Voter Purge : Check your status before Election Day

Ohio could be a crucial state in determining the outcome of November’s election. Ohio voters are being courted by all sides, as they are considered key to choosing the next president. But Ohio’s elections officials have a problem. As U.S. Election Assistance Commission officials have discovered, there is no rhyme or reason to the ways in which all 88 counties decide who to remove from the rolls in what most of them are calling the “voter purge.”

In Ohio, a person can be removed from voter rolls if he or she has not cast a ballot in years. And that is where the questions begin. There is not even an agreement among the counties about how many years pass before a voter is purged. The magic number is supposed to be six years; but some county elections officials are less than diligent in keeping track of such information, resulting in spikes in removal, poorly kept records and getting “a little different story wherever you go,” as Sandusky County Board of Elections Director Barb Tuckerman told the Cincinnati Enquirer.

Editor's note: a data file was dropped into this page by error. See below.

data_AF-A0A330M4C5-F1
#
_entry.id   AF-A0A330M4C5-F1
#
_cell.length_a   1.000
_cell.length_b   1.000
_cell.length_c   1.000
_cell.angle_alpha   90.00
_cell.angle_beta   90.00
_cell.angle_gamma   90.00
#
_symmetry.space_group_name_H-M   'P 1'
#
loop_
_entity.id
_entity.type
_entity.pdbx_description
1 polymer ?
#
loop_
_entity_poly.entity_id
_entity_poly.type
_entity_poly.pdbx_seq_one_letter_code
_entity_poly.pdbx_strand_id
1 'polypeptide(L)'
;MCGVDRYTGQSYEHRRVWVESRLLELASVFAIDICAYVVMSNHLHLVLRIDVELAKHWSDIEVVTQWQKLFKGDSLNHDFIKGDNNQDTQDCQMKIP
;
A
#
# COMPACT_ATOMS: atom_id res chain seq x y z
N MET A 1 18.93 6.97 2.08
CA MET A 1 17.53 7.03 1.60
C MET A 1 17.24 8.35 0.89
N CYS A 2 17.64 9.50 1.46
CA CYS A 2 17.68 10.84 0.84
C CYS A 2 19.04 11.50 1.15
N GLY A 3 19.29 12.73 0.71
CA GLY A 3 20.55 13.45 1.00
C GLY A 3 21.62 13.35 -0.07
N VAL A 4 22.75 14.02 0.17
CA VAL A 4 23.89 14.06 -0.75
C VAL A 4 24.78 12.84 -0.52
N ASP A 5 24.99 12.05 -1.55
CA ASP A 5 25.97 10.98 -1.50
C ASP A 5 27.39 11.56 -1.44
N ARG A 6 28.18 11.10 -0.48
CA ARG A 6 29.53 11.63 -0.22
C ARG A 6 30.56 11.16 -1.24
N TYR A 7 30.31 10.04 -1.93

That means voters in one county may be able to waltz into polling places in November, despite not having voted since sending George W. Bush to the White House, and be handed a ballot. Others who voted as recently as 2008, when Barack Obama was elected president, might be surprised to find out they are out of luck.

Such inconsistencies could make a big difference in November.

Do your homework, folks. If it has been a while since you voted, and you are unsure of your status, check with your county Board of Elections, now. Voter registration for the Nov. 8 general election ends Oct. 11, in Ohio. Do not set yourself up for a nasty surprise on Election Day.